1 in 80 a member of the incidents cited by the cdc will realize win over educated and under or unemployed adults are brought into the welfare or this is not only an unnecessary but also critically unfair to a large group of people in our society. to prevent the scenario, changes must begin now. mercyhurst is dedicated to preparing ala graduates for productive careers. we have tried to develop partnerships and have with the verizon foundation, and other private donors. the next up for the aim program is to fund and launch the end ship program for seniors and provide -- internship program for seniors and provide programs that prepare them for the workplace. the program has been cited as a model program and has implemented a majority of the innovative components of the program with limited resources and opportunities beyond the commitment of university. is our hope is strong consideration is made for allocations of government resources to fund programs like the initiative at mercyhurst which assist students not only in achieving a college education, but help them to become prod
at the domestic cuts. educational programs including special education will be cut by $2.3 billion medicare payments to hospitals cut by $5.6 billion. prescription drug benefits lose $591 million. on the defense side, across the board 9.4% cut regardless of the program's merit. defense department operations and maintenance loses $3.9 billion in 2013. air force and navy aircraft purchases get cut by more than $4.2 billion. that is why some are calling cutting with a machete instead of a scalp pull. shep? >> shepard: stocks closed higher after a choppy day of trading. dow industrial average eked out 4 point gain over uncertainty about fiscal cliff thing. weakest spending report since may. a lot of storm out of that. according to the commerce department, spending dropped .2% last month. that's down a point or i sudden say 8% jump in september. analysts blame the super storm as i mentioned. its aftermath could cut economic growth for the rest of the year. syria is more isolated than ever tonight with the internet and phone lines down across the nation for the second straight day. government and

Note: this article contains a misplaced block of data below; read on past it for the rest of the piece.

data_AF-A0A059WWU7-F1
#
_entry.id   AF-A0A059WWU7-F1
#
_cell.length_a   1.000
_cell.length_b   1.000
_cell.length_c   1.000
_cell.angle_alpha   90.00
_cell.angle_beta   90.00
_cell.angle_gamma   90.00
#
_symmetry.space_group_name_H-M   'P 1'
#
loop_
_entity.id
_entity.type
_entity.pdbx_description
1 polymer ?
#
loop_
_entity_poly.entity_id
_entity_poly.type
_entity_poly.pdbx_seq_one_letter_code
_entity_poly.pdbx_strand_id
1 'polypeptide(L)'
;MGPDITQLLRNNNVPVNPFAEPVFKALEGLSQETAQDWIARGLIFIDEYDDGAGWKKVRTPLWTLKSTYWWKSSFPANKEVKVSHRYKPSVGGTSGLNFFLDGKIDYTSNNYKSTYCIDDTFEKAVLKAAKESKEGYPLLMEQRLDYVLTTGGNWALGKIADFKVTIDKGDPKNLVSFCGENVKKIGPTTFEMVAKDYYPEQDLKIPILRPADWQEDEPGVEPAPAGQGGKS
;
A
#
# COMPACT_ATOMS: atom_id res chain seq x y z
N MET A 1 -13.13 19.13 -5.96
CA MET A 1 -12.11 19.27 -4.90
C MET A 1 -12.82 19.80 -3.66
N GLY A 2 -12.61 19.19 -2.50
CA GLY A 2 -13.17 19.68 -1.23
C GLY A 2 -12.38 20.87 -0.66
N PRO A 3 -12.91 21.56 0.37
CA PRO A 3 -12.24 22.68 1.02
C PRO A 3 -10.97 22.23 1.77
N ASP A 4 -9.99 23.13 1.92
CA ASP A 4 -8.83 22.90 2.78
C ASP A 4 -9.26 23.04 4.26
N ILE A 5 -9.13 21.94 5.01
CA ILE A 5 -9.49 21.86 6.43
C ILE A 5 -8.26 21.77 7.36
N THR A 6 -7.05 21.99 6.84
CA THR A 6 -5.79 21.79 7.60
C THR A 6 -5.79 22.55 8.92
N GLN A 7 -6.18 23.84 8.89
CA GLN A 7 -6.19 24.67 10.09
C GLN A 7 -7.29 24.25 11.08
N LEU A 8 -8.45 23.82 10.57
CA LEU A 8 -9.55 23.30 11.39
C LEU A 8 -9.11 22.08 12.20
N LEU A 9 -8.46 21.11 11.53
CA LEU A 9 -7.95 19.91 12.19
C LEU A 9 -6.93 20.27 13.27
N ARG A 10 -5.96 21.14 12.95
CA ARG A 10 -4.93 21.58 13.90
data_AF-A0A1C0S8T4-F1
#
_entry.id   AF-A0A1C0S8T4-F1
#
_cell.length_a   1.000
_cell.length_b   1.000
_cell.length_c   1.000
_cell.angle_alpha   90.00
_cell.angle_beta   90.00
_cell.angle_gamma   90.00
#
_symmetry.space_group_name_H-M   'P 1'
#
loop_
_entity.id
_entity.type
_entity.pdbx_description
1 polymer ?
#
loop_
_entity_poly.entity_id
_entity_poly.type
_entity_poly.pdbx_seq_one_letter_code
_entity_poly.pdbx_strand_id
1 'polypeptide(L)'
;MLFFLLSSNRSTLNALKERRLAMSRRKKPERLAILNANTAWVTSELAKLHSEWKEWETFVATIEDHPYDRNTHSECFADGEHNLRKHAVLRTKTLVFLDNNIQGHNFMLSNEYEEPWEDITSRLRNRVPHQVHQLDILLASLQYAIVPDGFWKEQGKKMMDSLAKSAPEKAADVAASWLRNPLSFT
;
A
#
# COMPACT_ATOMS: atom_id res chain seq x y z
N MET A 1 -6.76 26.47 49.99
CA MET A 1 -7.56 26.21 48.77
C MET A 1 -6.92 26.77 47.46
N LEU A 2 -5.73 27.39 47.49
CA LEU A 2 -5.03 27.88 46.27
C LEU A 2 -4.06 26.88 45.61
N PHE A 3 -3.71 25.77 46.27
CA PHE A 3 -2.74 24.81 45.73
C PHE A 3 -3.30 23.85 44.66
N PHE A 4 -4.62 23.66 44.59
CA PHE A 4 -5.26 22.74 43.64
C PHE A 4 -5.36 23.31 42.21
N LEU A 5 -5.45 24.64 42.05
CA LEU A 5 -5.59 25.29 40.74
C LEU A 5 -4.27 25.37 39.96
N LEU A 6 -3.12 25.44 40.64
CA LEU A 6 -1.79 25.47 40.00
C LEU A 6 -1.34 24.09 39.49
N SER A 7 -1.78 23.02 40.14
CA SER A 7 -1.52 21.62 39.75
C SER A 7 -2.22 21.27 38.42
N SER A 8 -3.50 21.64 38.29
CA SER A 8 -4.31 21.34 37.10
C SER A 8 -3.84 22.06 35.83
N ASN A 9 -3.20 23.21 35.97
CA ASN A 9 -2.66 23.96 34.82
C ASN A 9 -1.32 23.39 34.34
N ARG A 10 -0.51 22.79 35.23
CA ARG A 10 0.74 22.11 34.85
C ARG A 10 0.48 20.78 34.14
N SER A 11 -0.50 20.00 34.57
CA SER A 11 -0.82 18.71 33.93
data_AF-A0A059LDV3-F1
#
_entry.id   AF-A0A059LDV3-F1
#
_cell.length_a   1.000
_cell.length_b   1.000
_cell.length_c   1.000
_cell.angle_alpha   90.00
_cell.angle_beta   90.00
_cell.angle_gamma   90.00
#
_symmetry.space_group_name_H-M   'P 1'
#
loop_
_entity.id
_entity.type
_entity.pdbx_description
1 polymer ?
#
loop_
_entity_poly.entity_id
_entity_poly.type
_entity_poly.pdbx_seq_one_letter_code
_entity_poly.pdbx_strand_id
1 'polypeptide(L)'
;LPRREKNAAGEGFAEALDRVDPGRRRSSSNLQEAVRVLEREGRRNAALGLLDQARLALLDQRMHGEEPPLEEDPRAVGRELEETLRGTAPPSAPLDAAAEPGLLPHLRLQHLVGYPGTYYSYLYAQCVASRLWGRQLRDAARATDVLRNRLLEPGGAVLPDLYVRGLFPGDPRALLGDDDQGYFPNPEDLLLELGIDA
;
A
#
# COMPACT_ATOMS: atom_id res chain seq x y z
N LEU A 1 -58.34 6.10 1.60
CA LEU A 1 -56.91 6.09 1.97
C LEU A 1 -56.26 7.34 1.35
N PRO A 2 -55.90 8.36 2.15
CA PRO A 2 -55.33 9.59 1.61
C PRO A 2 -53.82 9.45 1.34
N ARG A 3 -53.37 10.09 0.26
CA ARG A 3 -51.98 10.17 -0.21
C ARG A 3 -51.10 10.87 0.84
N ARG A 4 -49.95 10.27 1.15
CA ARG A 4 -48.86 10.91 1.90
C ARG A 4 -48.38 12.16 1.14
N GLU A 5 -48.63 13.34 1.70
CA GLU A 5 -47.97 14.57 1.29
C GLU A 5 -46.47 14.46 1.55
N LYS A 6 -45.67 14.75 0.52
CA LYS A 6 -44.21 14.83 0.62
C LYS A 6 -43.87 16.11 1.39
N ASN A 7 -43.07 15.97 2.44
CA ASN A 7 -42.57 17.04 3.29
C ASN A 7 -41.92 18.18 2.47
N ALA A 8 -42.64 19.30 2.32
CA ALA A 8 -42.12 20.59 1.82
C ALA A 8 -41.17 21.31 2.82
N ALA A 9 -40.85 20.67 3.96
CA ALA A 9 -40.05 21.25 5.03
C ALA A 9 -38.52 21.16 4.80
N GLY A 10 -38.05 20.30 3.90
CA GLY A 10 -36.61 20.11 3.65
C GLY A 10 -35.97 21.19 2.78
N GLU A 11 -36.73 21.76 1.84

the national education system. this is the only way you can invest in syrians. this is why syria has to have a long-term plan to recover. syria needs at least $60 billion to recover. with all the destruction that we have in all of our cities. i will end here and i will be more than happy to answer questions that you have a. >> thank you very much. [applause] >> the first thing i would like to ask you, trying to look more into the new syrian position, my concern is that the rights of the minorities and in the new syrian opposition has not been really addressed as the same issues were also presented. how do you address this issue? your last. trying to think about what is going to happen next, that is an issue that the new syrian position should address. >> the rights of the minorities is an important issue. sometimes we emphasize the issues from their own perspective. when the syrian uprising started, christians, alliance, and christians being killed by participating. he decided to go back to his hometown. he is from damascus, but he is playing a role by training journalist to do the video to